Design of the Tax-Free First Home Savings Account
The following information has been archived on the Web for reference, research or recordkeeping purposes. It has not been altered or updated after August 9, 2022.
The FHSA was enacted by Bill C-32, which received Royal Assent on December 15, 2022. The enacted rules differ in a number of ways from the August 9, 2022 proposal described in this backgrounder. Importantly, the enacted rules permit individuals to use the FHSA and the Home Buyers’ Plan together in respect of the same qualifying home purchase.
In Budget 2022, the government proposed the introduction of the Tax-Free First Home Savings Account (FHSA). This new registered plan would give prospective first-time home buyers the ability to save $40,000 on a tax-free basis. Like a Registered Retirement Savings Plan (RRSP), contributions would be tax-deductible, and withdrawals to purchase a first home—including from investment income—would be non-taxable, like a Tax-Free Savings Account (TFSA).
Budget 2022 announced the key design features of the FHSA, including an $8,000 annual contribution limit in addition to a $40,000 lifetime contribution limit. Today, the Department of Finance is releasing for public comment draft legislative proposals that provide additional details on the design of the FHSA. This backgrounder offers a summary of these details.
The government expects that Canadians will be able to open and contribute to an FHSA at some point in 2023. No matter when this happens in 2023, Canadians would be allowed to contribute the full $8,000 annual limit in that year.
Opening and Closing Accounts
To open an FHSA, an individual must be a resident of Canada and at least 18 years of age. In addition, an individual must be a first-time home buyer, meaning that they have not owned a home in which they lived at any time during the part of the calendar year before the account is opened or at any time in the preceding four calendar years. For this purpose, ownership is defined broadly and includes beneficial ownership, but excludes a right to acquire less than 10% of a qualifying home.
An FHSA of an individual would cease to be an FHSA, and the individual would not be permitted to open an FHSA, after December 31 the year in which the earliest of these events occurs:
- The fifteenth anniversary of the individual first opening an FHSA; or
- The individual turns 71 years old.
Any savings not used to purchase a qualifying home could be transferred on a tax-free basis into an RRSP or Registered Retirement Income Fund (RRIF) or would otherwise have to be withdrawn on a taxable basis. Individuals that make a qualifying withdrawal could transfer any unwithdrawn savings on a tax-free basis to an RRSP or RRIF until December 31 of the year following the year of their first qualifying withdrawal.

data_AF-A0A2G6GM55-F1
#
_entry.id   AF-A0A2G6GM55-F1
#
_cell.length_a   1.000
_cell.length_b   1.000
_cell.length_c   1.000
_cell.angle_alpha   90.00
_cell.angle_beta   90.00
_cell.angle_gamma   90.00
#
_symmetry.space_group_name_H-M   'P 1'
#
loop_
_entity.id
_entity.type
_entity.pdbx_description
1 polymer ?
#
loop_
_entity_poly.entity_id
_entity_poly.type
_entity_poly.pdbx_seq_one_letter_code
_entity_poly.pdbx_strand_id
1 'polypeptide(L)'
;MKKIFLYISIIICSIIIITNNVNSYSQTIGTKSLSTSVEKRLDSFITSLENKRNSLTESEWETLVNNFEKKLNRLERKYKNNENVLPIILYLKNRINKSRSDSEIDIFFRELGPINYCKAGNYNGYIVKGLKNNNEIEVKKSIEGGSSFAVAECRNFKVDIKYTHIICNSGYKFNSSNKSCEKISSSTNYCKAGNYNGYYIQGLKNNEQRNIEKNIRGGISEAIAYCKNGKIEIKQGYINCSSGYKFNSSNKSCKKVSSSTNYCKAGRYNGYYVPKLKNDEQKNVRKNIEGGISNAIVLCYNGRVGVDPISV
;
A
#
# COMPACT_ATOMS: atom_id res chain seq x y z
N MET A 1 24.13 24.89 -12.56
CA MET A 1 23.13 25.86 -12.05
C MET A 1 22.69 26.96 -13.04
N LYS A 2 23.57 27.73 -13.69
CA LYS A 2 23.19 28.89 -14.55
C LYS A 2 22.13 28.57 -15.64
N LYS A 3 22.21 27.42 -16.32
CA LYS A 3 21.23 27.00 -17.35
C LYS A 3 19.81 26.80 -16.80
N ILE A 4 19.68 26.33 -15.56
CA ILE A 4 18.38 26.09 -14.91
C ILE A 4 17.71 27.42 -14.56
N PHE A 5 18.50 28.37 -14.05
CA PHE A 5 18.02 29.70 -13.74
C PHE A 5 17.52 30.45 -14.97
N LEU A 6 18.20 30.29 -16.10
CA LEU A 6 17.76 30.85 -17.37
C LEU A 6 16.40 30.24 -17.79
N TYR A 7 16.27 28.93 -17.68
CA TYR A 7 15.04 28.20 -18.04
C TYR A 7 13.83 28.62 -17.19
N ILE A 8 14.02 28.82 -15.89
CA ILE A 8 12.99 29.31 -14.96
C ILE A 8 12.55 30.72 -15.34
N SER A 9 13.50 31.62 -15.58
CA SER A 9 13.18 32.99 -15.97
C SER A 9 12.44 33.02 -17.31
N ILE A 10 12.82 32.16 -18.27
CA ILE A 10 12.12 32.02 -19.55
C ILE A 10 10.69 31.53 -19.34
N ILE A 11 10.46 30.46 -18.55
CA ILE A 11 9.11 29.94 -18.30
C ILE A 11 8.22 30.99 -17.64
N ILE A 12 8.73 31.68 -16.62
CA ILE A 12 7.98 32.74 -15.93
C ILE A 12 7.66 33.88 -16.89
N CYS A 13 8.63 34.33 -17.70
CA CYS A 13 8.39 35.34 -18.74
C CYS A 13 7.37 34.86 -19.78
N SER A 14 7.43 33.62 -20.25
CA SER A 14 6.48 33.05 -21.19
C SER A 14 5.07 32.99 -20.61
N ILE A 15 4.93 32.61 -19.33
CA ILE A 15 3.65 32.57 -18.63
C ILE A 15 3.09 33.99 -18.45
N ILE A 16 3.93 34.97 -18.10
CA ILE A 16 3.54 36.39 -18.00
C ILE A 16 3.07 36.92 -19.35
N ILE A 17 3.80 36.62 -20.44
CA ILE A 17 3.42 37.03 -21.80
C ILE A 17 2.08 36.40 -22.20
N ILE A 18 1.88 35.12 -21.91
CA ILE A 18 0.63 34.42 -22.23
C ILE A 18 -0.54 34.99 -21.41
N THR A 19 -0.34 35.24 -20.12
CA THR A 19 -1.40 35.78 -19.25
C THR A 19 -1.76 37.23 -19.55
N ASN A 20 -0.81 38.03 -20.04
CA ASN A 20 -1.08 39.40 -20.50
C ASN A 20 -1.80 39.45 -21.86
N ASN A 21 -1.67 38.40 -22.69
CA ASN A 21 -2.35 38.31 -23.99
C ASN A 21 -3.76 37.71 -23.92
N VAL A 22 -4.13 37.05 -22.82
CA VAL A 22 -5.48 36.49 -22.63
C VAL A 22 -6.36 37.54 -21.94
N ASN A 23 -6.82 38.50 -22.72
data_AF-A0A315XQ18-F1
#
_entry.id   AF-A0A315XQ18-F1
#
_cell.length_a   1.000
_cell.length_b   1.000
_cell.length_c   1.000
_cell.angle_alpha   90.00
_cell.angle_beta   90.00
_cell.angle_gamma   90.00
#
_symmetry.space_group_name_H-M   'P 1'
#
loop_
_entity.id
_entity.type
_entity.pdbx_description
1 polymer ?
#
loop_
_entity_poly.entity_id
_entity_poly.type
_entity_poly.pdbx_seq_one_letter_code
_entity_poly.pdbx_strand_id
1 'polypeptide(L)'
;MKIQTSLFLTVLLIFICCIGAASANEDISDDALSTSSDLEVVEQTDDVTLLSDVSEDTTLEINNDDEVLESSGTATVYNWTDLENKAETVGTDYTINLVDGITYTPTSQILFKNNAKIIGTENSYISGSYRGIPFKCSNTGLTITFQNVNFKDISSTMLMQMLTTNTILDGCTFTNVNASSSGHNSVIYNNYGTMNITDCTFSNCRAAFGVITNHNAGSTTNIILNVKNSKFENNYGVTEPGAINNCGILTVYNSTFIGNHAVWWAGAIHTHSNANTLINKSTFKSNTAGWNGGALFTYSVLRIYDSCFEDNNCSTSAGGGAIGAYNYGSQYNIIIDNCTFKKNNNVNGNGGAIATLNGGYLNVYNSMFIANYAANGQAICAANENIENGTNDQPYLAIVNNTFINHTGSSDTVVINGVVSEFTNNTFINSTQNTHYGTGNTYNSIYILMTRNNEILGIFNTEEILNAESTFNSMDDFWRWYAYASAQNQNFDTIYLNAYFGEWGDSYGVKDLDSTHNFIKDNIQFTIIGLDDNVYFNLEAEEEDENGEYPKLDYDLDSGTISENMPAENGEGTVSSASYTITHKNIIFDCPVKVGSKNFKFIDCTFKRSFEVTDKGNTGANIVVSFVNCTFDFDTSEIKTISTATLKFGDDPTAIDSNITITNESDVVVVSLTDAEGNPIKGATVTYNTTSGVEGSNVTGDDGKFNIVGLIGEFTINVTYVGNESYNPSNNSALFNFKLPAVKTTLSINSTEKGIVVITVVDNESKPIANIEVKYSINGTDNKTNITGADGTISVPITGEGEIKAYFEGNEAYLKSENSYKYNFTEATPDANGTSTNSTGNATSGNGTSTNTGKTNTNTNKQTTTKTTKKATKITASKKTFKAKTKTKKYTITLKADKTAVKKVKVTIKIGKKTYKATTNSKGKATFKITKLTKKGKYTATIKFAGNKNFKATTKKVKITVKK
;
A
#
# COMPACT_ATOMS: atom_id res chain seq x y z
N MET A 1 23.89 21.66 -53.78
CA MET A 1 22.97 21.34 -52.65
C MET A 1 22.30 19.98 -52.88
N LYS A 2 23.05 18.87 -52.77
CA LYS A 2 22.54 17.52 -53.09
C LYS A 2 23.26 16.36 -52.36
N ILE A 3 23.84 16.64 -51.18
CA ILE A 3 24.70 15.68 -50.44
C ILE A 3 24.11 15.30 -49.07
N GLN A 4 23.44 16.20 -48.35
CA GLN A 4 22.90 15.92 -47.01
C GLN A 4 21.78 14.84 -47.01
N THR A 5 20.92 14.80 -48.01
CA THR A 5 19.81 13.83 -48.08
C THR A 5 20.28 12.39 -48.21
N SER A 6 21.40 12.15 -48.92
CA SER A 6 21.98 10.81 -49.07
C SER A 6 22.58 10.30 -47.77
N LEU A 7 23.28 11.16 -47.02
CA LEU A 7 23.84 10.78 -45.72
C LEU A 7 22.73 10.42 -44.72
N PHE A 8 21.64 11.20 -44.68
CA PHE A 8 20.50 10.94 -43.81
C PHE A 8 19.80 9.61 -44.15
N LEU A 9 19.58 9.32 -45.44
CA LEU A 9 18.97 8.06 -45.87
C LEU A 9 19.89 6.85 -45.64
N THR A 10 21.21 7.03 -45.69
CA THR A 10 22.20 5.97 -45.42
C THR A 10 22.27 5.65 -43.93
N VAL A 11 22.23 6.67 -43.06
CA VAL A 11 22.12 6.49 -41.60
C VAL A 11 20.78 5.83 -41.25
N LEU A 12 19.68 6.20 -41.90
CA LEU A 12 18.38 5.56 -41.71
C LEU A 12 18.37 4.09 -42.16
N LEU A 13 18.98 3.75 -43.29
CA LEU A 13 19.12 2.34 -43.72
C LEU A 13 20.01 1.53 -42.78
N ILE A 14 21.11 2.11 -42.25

An FHSA would be permitted to hold the same qualified investments that are currently allowed to be held in a TFSA. In particular, taxpayers would be able to hold a broad range of investments, including mutual funds, publicly traded securities, government and corporate bonds, and guaranteed investment certificates.
The prohibited investment rules and non-qualified investment rules applicable to other registered plans would apply, including the potential tax consequences described below. These rules are intended to disallow investments in entities with which the account holder does not deal at arm's length, as well as investments in certain assets such as land, shares of private corporations and general partnership units.
The lifetime limit on contributions would be $40,000, with an annual contribution limit of $8,000. In other words, individuals would be subject to the lesser of their annual limit and remaining lifetime limit. The full annual limit would be available starting in 2023.
The annual contribution limit would apply to contributions made within a particular calendar year. Individuals would be able to claim an income tax deduction for contributions made in a particular taxation year. Unlike RRSPs, contributions made within the first 60 days of a given calendar year could not be attributed to the previous tax year.
An individual would be allowed to carry forward unused portions of their annual contribution limit up to a maximum of $8,000. This means that an individual contributing less than $8,000 in a given year could contribute the unused amount (i.e., $8,000 less their contribution in that year) in a subsequent year on top of their annual contribution limit of $8,000 (subject to their lifetime contribution limit). For example, an individual contributing $5,000 to an FHSA in 2023 would be allowed to contribute $11,000 in 2024 (i.e., $8,000 plus the remaining $3,000 from 2023). Carry-forward amounts would only start accumulating after an individual opens an FHSA for the first time.
An individual would be permitted to hold more than one FHSA, but the total amount that an individual contributes to all of their FHSAs could not exceed their annual and lifetime contribution limits. Taxpayers would generally be responsible for ensuring they do not exceed their limit in a given year. The Canada Revenue Agency (CRA) would provide basic FHSA information to support taxpayers in determining how much they can contribute in a given year.